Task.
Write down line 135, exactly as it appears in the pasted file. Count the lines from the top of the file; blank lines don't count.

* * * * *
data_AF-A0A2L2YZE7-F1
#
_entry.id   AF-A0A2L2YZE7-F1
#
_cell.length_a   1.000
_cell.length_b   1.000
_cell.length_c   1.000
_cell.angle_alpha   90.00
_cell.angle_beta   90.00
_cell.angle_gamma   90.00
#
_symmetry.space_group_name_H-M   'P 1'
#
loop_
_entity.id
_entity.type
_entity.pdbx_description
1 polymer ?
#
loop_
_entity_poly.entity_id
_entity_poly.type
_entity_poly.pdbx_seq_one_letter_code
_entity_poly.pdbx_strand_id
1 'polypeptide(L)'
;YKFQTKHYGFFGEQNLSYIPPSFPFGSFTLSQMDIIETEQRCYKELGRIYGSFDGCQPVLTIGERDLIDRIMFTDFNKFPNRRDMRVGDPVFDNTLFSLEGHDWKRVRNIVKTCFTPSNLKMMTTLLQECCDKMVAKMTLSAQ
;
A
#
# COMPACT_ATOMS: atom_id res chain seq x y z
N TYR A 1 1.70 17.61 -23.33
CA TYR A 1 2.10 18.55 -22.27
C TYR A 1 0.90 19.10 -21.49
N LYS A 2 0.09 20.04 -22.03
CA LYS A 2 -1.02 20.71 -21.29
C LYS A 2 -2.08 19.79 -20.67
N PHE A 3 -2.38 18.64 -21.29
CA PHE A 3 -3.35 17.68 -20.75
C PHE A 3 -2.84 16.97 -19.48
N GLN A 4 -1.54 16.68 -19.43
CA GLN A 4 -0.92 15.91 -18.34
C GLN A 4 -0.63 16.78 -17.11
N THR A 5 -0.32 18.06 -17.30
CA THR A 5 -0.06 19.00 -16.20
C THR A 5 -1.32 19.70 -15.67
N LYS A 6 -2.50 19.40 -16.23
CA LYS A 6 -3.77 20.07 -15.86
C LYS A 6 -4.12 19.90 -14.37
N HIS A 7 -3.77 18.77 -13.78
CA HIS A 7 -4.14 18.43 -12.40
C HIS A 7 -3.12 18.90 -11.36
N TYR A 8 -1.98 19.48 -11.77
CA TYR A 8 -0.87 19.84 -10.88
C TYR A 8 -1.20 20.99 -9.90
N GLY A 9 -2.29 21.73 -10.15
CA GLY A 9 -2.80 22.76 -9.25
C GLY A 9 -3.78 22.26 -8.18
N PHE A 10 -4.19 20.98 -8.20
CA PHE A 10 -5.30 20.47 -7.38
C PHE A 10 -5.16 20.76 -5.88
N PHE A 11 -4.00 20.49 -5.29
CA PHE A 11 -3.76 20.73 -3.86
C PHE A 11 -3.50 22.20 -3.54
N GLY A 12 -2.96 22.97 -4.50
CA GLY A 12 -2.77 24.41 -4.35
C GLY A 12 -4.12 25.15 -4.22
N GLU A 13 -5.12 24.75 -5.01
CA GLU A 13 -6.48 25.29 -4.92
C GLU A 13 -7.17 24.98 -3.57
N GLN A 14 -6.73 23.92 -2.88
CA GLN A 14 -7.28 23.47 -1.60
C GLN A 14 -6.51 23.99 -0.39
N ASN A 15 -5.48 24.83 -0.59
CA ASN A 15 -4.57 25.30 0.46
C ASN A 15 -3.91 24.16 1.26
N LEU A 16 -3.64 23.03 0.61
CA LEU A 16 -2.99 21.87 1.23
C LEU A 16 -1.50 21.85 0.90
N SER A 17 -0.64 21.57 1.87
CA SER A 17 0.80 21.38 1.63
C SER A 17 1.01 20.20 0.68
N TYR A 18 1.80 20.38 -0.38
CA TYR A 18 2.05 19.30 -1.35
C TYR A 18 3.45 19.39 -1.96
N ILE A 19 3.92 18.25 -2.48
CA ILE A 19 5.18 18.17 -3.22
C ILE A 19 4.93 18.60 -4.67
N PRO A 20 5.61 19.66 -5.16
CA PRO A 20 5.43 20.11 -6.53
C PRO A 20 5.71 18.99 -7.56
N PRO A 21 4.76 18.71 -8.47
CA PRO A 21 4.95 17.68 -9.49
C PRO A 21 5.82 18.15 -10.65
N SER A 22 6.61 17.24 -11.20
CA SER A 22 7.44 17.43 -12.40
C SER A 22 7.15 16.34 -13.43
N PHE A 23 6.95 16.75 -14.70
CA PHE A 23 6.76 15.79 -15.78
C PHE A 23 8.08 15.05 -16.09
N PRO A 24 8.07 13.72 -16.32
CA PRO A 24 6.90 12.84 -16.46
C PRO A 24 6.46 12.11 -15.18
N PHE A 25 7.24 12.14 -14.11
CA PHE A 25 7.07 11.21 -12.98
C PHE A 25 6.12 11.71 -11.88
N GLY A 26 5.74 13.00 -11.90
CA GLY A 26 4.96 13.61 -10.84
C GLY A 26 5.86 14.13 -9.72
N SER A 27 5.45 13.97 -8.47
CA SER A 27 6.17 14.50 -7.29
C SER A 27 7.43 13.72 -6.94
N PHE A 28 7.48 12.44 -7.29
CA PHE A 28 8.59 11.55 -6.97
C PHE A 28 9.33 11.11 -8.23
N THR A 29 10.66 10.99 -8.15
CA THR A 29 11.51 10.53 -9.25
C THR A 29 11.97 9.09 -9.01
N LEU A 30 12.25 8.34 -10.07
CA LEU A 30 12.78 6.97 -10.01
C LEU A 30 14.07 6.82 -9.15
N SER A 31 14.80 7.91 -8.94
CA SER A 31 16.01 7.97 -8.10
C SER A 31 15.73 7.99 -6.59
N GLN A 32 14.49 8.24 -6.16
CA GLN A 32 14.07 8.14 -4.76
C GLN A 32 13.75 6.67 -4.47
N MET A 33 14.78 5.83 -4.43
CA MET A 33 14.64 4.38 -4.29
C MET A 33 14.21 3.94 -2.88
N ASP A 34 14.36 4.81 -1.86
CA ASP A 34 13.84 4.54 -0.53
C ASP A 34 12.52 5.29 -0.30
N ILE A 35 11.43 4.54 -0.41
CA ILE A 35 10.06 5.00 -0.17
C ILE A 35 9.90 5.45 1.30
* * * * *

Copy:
C ILE A 35 9.90 5.45 1.30